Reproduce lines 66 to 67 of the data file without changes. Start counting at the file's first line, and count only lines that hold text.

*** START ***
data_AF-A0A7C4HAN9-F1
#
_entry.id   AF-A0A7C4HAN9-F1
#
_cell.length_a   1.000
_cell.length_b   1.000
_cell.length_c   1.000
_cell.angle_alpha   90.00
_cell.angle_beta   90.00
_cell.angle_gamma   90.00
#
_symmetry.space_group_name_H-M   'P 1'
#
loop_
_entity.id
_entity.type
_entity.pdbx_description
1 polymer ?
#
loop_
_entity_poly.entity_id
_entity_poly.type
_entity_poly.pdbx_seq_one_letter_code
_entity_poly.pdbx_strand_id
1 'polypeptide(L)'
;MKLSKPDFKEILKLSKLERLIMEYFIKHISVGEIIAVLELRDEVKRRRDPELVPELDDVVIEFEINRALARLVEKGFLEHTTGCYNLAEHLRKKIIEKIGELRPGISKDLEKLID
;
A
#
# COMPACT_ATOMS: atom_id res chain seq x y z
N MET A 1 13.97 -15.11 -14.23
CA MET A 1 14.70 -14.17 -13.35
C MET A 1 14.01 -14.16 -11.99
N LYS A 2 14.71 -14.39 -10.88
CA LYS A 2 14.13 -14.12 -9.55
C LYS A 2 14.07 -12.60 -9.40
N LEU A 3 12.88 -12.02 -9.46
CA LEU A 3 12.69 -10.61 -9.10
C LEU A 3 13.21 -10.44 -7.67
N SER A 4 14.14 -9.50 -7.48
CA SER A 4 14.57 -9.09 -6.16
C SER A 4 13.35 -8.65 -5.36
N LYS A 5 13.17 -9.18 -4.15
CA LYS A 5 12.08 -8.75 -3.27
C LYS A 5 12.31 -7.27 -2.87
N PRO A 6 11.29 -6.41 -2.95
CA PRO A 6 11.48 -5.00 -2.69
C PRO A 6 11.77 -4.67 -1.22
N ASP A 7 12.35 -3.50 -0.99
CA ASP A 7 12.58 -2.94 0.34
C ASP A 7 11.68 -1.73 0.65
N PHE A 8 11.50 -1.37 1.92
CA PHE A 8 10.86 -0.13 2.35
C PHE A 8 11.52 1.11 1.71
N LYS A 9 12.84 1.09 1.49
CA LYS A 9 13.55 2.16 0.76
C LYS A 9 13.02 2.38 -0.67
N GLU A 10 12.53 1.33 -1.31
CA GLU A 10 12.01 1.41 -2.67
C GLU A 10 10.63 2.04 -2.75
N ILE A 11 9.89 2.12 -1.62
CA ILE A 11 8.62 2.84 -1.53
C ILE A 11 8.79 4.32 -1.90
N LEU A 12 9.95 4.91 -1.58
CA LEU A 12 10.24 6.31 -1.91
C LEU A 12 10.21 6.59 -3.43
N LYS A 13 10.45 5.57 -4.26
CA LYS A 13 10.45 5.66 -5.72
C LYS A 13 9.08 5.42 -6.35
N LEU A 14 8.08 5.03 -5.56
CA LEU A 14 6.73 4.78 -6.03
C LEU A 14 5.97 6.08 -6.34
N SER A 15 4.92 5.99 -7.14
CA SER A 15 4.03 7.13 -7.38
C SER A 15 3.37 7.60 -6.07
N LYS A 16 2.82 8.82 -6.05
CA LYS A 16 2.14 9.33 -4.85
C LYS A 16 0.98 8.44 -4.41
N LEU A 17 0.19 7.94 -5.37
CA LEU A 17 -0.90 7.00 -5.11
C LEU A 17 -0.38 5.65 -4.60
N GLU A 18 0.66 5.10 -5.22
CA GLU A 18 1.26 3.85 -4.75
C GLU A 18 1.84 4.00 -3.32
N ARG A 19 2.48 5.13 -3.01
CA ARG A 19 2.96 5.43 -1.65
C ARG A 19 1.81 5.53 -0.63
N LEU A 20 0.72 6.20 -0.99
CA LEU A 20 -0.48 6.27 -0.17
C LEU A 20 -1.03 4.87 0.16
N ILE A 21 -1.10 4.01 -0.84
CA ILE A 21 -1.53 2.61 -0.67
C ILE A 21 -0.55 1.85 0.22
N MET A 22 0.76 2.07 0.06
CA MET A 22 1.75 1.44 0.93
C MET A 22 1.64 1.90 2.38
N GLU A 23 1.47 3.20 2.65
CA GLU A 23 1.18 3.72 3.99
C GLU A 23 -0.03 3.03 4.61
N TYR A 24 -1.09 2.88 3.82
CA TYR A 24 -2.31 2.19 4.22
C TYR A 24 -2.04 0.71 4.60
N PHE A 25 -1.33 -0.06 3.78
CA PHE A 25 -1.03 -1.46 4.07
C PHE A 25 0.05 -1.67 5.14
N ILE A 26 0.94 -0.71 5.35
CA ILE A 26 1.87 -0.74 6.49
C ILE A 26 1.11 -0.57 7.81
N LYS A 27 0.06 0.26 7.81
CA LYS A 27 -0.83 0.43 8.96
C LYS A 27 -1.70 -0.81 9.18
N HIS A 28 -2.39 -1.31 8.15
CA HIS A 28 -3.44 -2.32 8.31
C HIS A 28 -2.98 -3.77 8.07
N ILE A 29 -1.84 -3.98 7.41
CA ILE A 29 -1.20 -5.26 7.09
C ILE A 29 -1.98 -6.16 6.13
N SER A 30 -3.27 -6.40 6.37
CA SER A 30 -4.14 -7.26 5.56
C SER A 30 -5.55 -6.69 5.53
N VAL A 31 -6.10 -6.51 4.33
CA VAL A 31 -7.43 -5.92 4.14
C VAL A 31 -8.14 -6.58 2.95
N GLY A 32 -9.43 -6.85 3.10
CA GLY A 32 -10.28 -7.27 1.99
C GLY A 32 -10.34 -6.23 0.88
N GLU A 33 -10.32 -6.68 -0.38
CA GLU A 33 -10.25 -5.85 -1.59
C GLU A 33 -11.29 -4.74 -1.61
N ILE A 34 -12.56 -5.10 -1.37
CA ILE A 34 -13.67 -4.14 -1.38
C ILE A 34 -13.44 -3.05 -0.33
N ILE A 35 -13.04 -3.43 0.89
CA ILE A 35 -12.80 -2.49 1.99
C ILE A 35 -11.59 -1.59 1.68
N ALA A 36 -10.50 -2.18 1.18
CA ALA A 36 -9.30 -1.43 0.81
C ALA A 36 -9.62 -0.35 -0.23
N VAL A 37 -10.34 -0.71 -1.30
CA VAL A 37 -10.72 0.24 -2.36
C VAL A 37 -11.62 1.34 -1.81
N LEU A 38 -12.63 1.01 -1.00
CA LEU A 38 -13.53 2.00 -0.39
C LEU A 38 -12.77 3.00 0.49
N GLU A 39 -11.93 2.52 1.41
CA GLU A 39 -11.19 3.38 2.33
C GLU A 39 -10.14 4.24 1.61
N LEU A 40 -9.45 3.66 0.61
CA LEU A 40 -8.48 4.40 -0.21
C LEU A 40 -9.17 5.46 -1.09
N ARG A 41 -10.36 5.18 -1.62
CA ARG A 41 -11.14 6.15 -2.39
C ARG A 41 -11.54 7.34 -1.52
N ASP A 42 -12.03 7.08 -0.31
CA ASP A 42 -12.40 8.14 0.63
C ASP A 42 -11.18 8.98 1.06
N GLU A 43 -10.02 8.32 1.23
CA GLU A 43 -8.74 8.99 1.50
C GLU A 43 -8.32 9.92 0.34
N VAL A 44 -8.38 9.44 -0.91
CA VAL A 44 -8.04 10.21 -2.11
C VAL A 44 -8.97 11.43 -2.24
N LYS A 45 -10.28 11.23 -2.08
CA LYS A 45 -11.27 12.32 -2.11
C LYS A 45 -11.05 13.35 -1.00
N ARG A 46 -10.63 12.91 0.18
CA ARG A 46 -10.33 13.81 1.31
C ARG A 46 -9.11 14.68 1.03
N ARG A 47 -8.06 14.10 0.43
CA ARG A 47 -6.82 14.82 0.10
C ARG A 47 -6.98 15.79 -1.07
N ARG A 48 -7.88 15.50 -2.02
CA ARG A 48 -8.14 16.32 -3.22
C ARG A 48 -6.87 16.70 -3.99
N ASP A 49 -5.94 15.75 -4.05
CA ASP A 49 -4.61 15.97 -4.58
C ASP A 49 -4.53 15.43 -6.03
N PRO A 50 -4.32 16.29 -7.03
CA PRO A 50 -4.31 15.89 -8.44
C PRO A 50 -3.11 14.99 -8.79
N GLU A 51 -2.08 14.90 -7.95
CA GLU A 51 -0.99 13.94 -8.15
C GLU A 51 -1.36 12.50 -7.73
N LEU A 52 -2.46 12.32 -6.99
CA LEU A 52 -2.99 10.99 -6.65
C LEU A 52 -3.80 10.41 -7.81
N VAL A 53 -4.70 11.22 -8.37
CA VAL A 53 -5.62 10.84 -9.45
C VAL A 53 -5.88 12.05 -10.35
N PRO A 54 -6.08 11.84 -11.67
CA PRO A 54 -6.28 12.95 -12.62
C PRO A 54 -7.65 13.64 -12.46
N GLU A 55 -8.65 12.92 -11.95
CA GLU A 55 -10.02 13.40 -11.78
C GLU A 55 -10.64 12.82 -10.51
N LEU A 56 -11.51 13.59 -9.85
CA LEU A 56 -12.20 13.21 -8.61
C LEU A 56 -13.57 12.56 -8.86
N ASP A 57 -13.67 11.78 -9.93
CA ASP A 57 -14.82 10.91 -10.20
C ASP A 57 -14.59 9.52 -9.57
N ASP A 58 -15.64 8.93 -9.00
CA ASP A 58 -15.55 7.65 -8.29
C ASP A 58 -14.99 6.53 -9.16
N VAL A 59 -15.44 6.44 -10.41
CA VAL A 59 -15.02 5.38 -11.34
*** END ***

C LEU A 12 10.21 6.59 -3.43
N LYS A 13 10.45 5.57 -4.26